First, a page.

Anselm Keiifer Breaking The Vessels Analysis

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Anselm Keifer is a German painter and sculptor who was born on March 8, 1945 in Donaueschingen, Germany. Kiefer was born a couple years before the end of World War II and then later attended grammar school in Rastatt, Germany. In 1966, Kiefer started to study arts in in Freiburg, Karlsruhe, where he studied under Peter Dreher who is a realist and figurative painter. Keifer was born into the darkness of Nazi Germany just as World War II was ending, and this provoked Keifer’s work to resemble the horrors his home country experienced. Kiefer once said, “I do not identify with Nero or Hitler but I have to reenact what they did just a little bit in order to understand their madness.” In the beginning of his art career, Kiefer photographed himself…show more content…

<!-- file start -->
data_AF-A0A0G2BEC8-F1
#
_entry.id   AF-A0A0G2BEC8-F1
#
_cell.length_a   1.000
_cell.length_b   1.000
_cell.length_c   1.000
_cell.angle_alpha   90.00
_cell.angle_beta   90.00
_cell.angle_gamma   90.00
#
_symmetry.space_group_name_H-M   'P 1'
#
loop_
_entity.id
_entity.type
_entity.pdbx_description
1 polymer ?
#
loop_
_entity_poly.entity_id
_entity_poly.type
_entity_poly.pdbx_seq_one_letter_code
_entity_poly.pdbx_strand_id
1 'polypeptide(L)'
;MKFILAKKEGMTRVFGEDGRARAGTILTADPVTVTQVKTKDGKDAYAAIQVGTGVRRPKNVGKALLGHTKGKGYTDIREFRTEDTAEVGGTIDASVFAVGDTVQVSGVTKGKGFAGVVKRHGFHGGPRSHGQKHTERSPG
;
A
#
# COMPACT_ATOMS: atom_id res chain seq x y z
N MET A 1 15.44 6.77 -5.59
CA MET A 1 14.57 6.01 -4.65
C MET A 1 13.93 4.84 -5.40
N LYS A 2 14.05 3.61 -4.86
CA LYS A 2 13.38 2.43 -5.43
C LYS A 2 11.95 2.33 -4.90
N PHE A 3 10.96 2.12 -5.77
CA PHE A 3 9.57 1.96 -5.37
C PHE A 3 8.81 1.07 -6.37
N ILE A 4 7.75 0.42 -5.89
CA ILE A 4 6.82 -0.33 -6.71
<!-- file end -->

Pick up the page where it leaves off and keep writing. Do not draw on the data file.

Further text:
Breaking of the Vessels is a massive sculpture that expresses the idea of creation from ancient Jewish mystical writing in the Kabbalah. The history of the Kabbalah is that the values of God were broken into ten vessels that were not strong enough to contain those attributes. The breaking of the actual vessels is to show the imperfection of the world and mankind. The inequalities that are expressed through mortal mind are what broke the vessels and let forth the attributes that express God. With the overall destruction of the piece reflects the fragility and imperfection of human existence. The Breaking of the Vessels is supposed to remind us of the deep resonance of the human consciousness and its transformation. This sculpture is the beginning of his imaging of the union of opposites. The deconstructed bookcase is crammed with books of lead and glass that which allude to the richness of Jewish culture and the multiple times this culture has been threated throughout history. The lead markers that are attached to the side of the bookcase symbolize the ten vessels of the divine essence which are the attributes of God. From the destruction of the piece is represents the time of the Nazi Germany when the windows of synagogues and Jewish owned storefronts were smashed and destroyed from the infamous Kristallnacht, otherwise known as the night of broken glass. The

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